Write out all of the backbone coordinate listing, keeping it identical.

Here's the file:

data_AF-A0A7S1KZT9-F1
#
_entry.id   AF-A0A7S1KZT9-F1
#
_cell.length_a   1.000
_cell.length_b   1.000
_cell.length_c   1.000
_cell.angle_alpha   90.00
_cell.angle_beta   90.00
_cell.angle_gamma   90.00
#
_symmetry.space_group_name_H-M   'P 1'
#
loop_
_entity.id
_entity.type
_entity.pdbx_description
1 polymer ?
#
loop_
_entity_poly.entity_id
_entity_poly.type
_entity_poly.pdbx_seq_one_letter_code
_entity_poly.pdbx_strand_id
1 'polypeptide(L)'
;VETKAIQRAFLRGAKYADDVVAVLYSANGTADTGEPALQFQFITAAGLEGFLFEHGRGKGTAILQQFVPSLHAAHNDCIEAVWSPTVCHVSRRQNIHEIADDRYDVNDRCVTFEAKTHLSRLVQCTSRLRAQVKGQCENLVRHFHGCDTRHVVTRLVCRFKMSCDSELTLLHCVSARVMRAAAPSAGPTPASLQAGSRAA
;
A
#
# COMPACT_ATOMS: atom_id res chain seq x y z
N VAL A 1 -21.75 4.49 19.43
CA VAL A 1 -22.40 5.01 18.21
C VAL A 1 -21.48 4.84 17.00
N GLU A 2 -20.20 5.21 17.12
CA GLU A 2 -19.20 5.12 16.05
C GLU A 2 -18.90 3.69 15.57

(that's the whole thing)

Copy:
data_AF-A0A7S1KZT9-F1
#
_entry.id   AF-A0A7S1KZT9-F1
#
_cell.length_a   1.000
_cell.length_b   1.000
_cell.length_c   1.000
_cell.angle_alpha   90.00
_cell.angle_beta   90.00
_cell.angle_gamma   90.00
#
_symmetry.space_group_name_H-M   'P 1'
#
loop_
_entity.id
_entity.type
_entity.pdbx_description
1 polymer ?
#
loop_
_entity_poly.entity_id
_entity_poly.type
_entity_poly.pdbx_seq_one_letter_code
_entity_poly.pdbx_strand_id
1 'polypeptide(L)'
;VETKAIQRAFLRGAKYADDVVAVLYSANGTADTGEPALQFQFITAAGLEGFLFEHGRGKGTAILQQFVPSLHAAHNDCIEAVWSPTVCHVSRRQNIHEIADDRYDVNDRCVTFEAKTHLSRLVQCTSRLRAQVKGQCENLVRHFHGCDTRHVVTRLVCRFKMSCDSELTLLHCVSARVMRAAAPSAGPTPASLQAGSRAA
;
A
#
# COMPACT_ATOMS: atom_id res chain seq x y z
N VAL A 1 -21.75 4.49 19.43
CA VAL A 1 -22.40 5.01 18.21
C VAL A 1 -21.48 4.84 17.00
N GLU A 2 -20.20 5.21 17.12
CA GLU A 2 -19.20 5.12 16.05
C GLU A 2 -18.90 3.69 15.57